German reprocessing waste storage plan proposed

23 June 2015

A proposal for the storage of waste generated from the reprocessing of German used nuclear fuel in France and the UK has been announced by the country's environment minister. The operators of Germany's nuclear power plants have welcomed the proposal.

German utilities are obliged to take back the wastes resulting from the reprocessing of their used nuclear fuel at Areva's La Hague plant in France and at Sellafield in the UK.

Under the plan proposed by the federal environment minister Barbara Hendricks on 19 June, 26 waste storage containers will be held at four interim storage sites across the country. The ministry proposes that five containers are kept at an on-site interim storage facility at the Philippsburg nuclear power plant for storing vitrified intermediate-level waste from reprocessing at La Hague. A total of 21 containers are to be held at interim storage facilities at the Biblis, Brokdorf and Isar nuclear power plants for storing vitrified high-level waste from reprocessing at Sellafield.

Hendricks said these sites had been selected as they are "best placed from technical, legal and procedural aspects as well as from a political perspective."

She said, "My concept is to serve the nuclear companies as a guideline on how to fulfil their legal obligations to take back and store vitrified radioactive waste from foreign reprocessing." She added, "It is now up to the utilities to make decisions concerning the submission of specific locations."

The environment ministry noted that the approval process for the collection, transportation and storage of such waste is not covered by the state but by the Federal Office for Radiation Protection (BfS).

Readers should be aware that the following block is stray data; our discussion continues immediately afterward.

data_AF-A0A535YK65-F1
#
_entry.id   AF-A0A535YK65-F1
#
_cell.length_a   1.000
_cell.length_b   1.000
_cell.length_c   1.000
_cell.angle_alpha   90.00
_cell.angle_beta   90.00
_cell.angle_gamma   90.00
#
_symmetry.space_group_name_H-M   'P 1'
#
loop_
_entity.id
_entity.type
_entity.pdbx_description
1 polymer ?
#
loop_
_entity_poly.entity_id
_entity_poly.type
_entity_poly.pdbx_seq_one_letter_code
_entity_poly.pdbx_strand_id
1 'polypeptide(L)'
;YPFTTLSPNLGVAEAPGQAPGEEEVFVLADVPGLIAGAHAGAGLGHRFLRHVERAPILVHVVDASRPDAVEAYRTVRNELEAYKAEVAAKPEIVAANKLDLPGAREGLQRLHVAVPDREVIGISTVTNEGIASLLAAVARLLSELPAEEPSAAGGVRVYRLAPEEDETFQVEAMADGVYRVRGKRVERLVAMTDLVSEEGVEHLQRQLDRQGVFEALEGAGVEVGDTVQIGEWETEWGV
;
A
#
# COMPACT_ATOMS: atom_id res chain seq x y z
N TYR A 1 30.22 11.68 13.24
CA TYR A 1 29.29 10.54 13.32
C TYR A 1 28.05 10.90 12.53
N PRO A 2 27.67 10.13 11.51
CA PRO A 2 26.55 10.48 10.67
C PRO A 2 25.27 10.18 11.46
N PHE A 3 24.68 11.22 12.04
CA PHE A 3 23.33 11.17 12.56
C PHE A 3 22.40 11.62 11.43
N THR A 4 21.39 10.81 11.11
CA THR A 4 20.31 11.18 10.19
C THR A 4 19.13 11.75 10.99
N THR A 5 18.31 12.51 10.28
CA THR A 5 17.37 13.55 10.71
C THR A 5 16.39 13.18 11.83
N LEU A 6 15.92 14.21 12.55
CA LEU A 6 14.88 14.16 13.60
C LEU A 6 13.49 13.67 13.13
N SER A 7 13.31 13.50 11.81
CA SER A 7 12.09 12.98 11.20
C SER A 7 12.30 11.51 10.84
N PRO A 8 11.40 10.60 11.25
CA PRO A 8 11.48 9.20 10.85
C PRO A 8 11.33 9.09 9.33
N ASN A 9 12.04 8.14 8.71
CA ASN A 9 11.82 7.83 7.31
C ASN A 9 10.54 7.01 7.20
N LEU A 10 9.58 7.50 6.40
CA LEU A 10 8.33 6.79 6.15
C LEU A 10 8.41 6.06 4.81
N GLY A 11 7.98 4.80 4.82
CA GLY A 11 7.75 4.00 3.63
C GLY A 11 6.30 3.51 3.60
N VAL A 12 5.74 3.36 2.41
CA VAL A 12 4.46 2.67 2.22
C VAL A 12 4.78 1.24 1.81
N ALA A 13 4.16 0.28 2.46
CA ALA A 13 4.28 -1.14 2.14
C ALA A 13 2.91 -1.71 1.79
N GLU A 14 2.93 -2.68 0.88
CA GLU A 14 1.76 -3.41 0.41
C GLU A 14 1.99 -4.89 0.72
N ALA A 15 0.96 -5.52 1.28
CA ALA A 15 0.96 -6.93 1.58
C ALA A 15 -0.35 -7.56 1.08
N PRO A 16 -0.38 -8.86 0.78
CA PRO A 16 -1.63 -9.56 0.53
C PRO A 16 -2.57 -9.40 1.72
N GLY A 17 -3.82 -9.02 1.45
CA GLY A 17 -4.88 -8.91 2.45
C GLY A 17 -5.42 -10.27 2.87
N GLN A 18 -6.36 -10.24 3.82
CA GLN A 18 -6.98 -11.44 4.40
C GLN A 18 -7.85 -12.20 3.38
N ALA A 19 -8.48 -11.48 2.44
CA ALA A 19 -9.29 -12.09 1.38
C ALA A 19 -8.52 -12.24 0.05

According to the reprocessing contracts signed between German utilities and the foreign reprocessing companies, the first container of waste from France is scheduled to be shipped in 2017, with the other four following between 2018 and 2020. The timetable for shipments of waste from the UK has yet to be determined.

The German utilities - EnBW, EOn, RWE and Vattenfall - welcomed the ministry's proposal and said they will now examine it in detail "with location, economic efficiency and inter-site aspects".

In a statement, EOn said: "The four companies expressly declare their readiness to implement common solutions that can be legally approved, are economical and acceptable under corporate law and are legally secure."

The federal government, through the BfS, is responsible for building and operating final repositories for high-level waste, but progress on this has been hindered by opposition from Länder governments.

In 2013 the federal environment ministry announced that the government and all 24 states had finally reached agreement on drafting a repository law, and that the power utilities should spend €2 billion ($2.2 billion) to find and develop a new repository.

Researched and written
by World Nuclear News